Employee Versus Self-Employed or Independent Contrator

Sometimes it is difficult to determine if an individual is an independent contractor (i.e. self-employed) or an employee. Many employers find it beneficial to hire contractors rather than employees. The costs of EI, CPP, and benefit packages for employer are reduced.

Issues- Employee vs self-employed

  • The deductible of expenses is more restricted for employees. Self-employed individuals may be allowed to deduct reasonable expenses.
  • Self-employed need to pay double CPP; no EI (can opt into EI system for certain benefits);
  • GST/HST input tax credits are available for self-employed.
  • Employer must withhold source deductions (income tax, EI, and CPP) and remit to CRA;
  • Employer must make match CPP contribution and 1.4 times of EI deductions and remit to CRA;
  • Employer must file T4 summary and supplementary slips by end of February.

There is no single test or factor that is decisive in determining whether an individual is an employee or an independent contractor.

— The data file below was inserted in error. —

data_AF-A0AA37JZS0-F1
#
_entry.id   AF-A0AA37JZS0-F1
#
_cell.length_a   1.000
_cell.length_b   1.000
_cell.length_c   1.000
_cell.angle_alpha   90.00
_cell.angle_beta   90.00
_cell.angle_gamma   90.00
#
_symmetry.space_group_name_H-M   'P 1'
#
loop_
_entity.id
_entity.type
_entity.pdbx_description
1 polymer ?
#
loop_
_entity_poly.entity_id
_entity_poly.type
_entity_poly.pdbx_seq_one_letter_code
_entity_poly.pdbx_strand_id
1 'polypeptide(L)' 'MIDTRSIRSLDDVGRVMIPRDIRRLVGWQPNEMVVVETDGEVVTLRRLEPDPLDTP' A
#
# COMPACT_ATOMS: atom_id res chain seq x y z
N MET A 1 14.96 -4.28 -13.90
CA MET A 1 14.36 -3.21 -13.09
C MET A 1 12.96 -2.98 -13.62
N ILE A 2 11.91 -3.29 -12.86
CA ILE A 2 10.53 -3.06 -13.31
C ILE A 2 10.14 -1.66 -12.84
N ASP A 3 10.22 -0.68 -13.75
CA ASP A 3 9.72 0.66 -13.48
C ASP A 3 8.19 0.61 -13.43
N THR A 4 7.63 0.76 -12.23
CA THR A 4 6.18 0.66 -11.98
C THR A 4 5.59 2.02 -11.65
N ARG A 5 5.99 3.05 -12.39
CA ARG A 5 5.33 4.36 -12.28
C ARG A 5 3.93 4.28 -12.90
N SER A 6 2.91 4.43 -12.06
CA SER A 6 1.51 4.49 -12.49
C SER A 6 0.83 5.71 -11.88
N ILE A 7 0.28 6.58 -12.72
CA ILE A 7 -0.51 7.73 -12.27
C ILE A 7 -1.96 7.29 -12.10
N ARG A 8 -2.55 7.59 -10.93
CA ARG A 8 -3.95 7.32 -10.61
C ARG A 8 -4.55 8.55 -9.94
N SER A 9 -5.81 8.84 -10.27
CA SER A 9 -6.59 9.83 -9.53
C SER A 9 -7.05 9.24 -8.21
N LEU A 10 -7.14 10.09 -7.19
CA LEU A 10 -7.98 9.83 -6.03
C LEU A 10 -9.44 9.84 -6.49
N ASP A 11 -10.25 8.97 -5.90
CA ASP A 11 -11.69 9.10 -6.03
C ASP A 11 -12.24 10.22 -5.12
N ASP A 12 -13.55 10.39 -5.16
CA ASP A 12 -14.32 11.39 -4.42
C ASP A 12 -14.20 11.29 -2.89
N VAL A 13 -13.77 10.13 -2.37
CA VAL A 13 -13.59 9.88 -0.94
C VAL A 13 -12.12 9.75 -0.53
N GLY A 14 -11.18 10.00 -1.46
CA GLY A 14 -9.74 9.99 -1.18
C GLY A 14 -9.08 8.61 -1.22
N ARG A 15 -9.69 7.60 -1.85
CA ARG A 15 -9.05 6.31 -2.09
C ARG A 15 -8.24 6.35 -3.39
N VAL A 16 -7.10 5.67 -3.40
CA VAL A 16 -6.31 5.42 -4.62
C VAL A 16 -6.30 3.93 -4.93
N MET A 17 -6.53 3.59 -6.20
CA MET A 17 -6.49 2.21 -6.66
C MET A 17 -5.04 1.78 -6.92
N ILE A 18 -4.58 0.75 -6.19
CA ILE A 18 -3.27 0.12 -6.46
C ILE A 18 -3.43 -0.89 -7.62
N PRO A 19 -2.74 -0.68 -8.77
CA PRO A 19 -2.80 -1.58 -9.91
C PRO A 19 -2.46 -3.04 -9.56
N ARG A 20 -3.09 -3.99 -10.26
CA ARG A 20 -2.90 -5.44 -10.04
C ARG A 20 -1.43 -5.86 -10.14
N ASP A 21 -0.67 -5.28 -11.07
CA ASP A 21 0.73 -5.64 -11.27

Interrelated tests:

  • Economic reality or entrepreneur test-  control ( hours, location, what and how the job is to be completed), ownership of tools, chance of profit and risk of loss
  • Integration or organization test- whether individual is economically dependent on the organization
  • Specific result test- is the person providing services for a specified period of time or on an ongoing basis?

Case 1:

One client had child care expenses and claimed it in the year of tax return. However, the situation was the babysitter who came to client’s home and took care of child. When CRA audited it, the factors for the economic reality or entrepreneur test involved the employer and employee relationship. So the client as employer must withhold source deductions and also need contribute employer’s portion of CPP and EI and remitted to CRA.  The client fail to compliance with the rules and got the penalties and interest charged.

 

 

Non-Residential Status

Non-residents

You are a non-resident for tax purposes if you:

  • normally, customarily, or routinely live in another country and are not considered a resident of Canada; or
  • do not have significant residential ties in Canada; and
    • you live outside Canada throughout the tax year; or
    • you stay in Canada for less than 183 days in the tax year.

Residential Ties – use province where you resided on December 31

  1. Home (Owned or Leased)
  2. Personal Property (Car, land, building)
  3. Spouse or common-law partner or dependent reside
  4. Other ties-social ties, driver’s licence, bank accounts or credit cards, health card

Notes: